In watching a rerun of an episode of “Grey’s Anatomy” the other day with my daughter, we watched a man suffer the symptoms of a brain tumor called gleoblastoma. Perhaps I misspelled it here. My daughter knew that my adoptive father died of that particular type of brain cancer about four years before she was born. I told her how he died, and that what we saw on the TV show was not exactly how the disease manifested in her grandfather.
My adoptive father came home for Christmas 1981 with his head bandaged from brain surgery. His personality had been compromised and he could not tell us how much pain he was in. He died several months later in 1982.
My natural mother was very pregnant with me at Christmas 1955. She went into the hospital two days after Christmas and never came home again. Neither did I. Mom died several months later in March of 1956.
My adoptive mother was diagnosed with a type of leukemia two weeks before Christmas in 2004. She lived at home until 8 weeks ago when she fell. She is in a nursing home, waiting for me to bring her some items from home.
I read about sad Christmases from my adoption reform friends.
This day a year ago he was rolling in the snow
With a younger brother in his father’s yard
Christmas break, a time for touching home
The heart of all he’s known, leaving was so hard
Now three thousand miles away he’s working Christmas Day
Earning double time for the minding of the store
He always said he’d make it on his own
He’s spending Christmas Eve alone
First Christmas away from home
She’s standing by the railway station, panhandling for change
One more dollar buys a decent room and a meal
Looks like the Sally Ann place after all
The vast and dreaming hall that echoes like a tomb
But it’s warm and clean and free, there are worse places to be
And at least it means no beating from her dad
And if she cries because it’s Christmas Day
She hopes it doesn’t show
First Christmas away from home
In the hall they’ve got the biggest tree but it looks so small and bare
Not like it was meant to be
And the angel on the top it’s not the same old silver star
You once made for your own
First Christmas away from home
In the morning there are prayers, then there’s tea and crafts downstairs
Then another meal up in his little room
Hoping that the boys will think to call
Before the day is done, well it’s best they do it soon
When the old girl passed away he fell apart more every day
Each had always kept the other pretty well
But the boys agreed the nursing home was best
‘Cause he couldn’t live alone
First Christmas away from home
In the common room they’ve got the biggest tree, it’s huge and lifeless
Not like it was meant to be
The Santa Claus on top it’s not the same old silver star
You once made for your own
First Christmas away from home
This post is written by Lori Carangelo founder of Americans For Open Records, and submitted by me, legitimatebastard, via email:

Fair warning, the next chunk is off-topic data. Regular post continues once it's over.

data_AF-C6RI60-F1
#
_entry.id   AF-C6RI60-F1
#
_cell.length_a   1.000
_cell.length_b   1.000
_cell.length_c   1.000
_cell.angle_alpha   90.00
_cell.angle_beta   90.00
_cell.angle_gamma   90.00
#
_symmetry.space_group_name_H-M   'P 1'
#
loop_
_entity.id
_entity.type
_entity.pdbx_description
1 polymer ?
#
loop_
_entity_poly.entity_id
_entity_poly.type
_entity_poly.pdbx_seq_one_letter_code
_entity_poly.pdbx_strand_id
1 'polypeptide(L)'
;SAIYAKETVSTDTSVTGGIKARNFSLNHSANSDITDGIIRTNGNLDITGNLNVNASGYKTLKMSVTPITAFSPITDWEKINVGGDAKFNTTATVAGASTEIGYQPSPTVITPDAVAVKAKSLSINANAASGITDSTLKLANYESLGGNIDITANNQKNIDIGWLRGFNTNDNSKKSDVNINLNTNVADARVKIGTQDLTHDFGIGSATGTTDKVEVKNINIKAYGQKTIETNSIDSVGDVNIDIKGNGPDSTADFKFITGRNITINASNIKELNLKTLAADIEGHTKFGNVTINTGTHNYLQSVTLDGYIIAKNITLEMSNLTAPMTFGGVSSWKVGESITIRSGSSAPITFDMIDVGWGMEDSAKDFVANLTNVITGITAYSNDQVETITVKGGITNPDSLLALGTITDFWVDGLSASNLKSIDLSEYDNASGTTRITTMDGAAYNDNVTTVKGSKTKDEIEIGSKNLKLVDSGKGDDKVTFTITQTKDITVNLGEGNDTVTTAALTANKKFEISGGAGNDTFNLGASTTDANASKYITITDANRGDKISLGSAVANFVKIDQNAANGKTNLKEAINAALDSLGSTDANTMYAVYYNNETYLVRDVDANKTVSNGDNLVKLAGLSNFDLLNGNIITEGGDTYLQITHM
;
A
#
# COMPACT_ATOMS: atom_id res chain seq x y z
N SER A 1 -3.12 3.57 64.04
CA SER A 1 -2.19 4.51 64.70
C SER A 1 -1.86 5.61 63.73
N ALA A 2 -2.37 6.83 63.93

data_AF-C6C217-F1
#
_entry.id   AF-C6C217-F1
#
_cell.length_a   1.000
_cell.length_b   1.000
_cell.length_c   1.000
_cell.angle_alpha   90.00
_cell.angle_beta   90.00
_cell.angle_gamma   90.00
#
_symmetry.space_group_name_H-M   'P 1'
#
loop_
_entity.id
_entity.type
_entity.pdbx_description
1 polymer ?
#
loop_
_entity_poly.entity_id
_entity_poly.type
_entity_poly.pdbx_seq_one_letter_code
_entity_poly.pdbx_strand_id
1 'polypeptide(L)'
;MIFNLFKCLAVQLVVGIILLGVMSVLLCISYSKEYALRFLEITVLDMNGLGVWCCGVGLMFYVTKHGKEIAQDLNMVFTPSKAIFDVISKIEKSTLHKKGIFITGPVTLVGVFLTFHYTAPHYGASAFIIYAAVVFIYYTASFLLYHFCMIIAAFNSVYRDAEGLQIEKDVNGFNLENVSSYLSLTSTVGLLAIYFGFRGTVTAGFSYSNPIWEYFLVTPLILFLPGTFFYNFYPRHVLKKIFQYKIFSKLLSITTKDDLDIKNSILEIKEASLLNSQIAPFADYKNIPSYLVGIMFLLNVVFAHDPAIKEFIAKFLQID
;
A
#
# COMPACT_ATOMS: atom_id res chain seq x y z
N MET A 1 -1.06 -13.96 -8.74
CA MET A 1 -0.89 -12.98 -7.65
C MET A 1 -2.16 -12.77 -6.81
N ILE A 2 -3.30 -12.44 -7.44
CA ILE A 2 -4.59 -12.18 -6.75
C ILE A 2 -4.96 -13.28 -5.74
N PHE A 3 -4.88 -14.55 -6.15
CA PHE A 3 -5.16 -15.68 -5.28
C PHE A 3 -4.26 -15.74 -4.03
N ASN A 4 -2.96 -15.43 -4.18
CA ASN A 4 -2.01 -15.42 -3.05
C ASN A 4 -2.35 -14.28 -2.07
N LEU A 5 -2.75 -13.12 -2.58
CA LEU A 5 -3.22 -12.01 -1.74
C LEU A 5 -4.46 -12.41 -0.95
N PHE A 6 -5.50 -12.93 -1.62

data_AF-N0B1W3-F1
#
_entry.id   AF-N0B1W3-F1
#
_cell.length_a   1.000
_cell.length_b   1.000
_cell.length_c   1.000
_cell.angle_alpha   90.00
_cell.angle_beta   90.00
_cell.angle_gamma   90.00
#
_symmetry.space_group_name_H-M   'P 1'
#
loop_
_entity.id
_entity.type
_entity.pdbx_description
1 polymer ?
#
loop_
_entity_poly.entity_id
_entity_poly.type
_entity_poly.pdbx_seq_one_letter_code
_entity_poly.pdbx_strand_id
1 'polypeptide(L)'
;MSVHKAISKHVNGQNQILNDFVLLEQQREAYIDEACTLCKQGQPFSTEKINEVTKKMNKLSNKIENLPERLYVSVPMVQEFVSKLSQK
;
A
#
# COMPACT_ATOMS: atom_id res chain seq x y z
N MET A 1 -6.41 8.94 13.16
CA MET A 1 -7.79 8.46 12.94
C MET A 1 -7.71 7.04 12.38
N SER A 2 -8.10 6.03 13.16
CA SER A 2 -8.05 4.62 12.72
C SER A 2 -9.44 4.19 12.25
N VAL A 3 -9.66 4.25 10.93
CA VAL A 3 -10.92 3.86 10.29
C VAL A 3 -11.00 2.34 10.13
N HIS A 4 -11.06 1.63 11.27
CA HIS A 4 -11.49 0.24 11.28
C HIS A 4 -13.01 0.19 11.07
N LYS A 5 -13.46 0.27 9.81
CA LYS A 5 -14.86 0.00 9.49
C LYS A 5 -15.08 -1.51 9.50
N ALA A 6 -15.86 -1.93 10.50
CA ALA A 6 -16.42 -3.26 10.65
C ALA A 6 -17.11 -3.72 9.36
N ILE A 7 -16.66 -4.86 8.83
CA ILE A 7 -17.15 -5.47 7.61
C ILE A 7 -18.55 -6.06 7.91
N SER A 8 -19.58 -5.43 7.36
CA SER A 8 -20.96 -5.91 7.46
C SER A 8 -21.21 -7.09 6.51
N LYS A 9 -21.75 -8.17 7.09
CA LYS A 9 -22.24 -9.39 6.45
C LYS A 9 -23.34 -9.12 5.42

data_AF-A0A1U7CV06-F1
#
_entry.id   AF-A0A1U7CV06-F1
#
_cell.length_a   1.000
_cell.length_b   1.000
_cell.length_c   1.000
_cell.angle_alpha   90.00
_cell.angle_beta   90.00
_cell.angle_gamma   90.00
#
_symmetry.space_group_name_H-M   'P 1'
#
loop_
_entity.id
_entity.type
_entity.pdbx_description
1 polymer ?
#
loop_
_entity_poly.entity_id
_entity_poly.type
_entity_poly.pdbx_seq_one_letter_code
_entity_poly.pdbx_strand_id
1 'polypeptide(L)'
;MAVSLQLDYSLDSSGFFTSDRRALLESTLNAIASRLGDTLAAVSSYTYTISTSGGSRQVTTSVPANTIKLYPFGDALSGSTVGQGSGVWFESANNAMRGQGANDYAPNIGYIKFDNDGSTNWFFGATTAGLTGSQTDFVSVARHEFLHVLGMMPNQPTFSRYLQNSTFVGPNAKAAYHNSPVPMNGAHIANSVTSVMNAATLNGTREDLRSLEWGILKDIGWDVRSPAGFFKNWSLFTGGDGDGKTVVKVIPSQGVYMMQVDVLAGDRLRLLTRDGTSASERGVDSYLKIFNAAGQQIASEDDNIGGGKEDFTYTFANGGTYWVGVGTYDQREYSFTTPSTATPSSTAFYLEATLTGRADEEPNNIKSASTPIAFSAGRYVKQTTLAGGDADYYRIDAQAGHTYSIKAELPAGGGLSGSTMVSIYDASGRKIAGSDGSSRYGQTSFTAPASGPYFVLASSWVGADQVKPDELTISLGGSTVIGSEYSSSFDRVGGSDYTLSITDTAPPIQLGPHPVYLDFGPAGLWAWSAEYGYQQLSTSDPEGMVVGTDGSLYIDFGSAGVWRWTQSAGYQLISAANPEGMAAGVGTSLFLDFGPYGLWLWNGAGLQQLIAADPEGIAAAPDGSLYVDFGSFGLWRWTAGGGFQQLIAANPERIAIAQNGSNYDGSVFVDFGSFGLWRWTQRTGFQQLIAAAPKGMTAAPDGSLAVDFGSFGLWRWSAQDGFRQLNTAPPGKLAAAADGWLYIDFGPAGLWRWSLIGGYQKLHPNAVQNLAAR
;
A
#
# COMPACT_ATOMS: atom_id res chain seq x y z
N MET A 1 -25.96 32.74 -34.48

Another thing the general public as well as pro-adoption folks don’t consider is that neither relinquishing Parents nor Adopters have a say wih regard to falsifying and sealing the Adoptee'[s birth recoird — It’s the law, even in stepparent adoptions. And it’s not only the immediate “Triad” of Adoptee-Parent-Adopter who are adversely affected by the Adoptee’s falsified records. It’s also the Triad’s future children and their children who inherit the burden as well.
I found my son two decades ago, after an 18-year search hindered by falsified sealed “adoption-birth” records. Two decades later, now that they are of legal age and can make their own decisions, I found his two daughters, my granddaughters, who were also lost to adoption (stepparent adoptions with falsified, sealed records). One of them who I had helped raise in her first year, could not possibly have remembered me nor know that I loved her. I had no say in her parents’ decisions and only my son’s Adopter was permitted to be part of her life as “her grandmother,” just as only his Adopter was allowed to be his “Mother.” This granddaughter was evidently conditioned from an early age to be angry and distrustful of not only her father (my son) but also his “birth” family, and so she rejected my attenpt to know and befriend her.
My other granddaughter, however, who has the same father (my son), different mother, and who I had never seen, has told me she was searching for her father before I found her and that she is interested to know about the family and “what she missed”…an expression of a natural need to know. Is it that my two granddaughters have different genes and personalities? Or that they have different resiliences to adoption’s lies, half-truths and false assumptions? Or that they were raised in different environments with different histories? I’ve had only a first contact with her at this writing, so cannot yet answer these questions, but anticipate we’ll both have lots of questons…and answers that adoption would otherwise withhold, distort, or fabricate.
Books such as Joan Wheeler’s “Forbidden Family” are written to help break the cycle of adoption’s mistakes not only for themselves but also for future generations.
A few times over the past 10 years, I have met fathers who were raising their children after the death of their wife and the mother of their children. I was the outsider looking in at both of these families. As their stories unfolded, the loss of my mother so soon in my life was a shadow. Because of my adoption, I was not ever allowed to grieve for her loss in any way, so to hear and see these families cope with the death of a mother and spouse was painful for me, yet enlightening.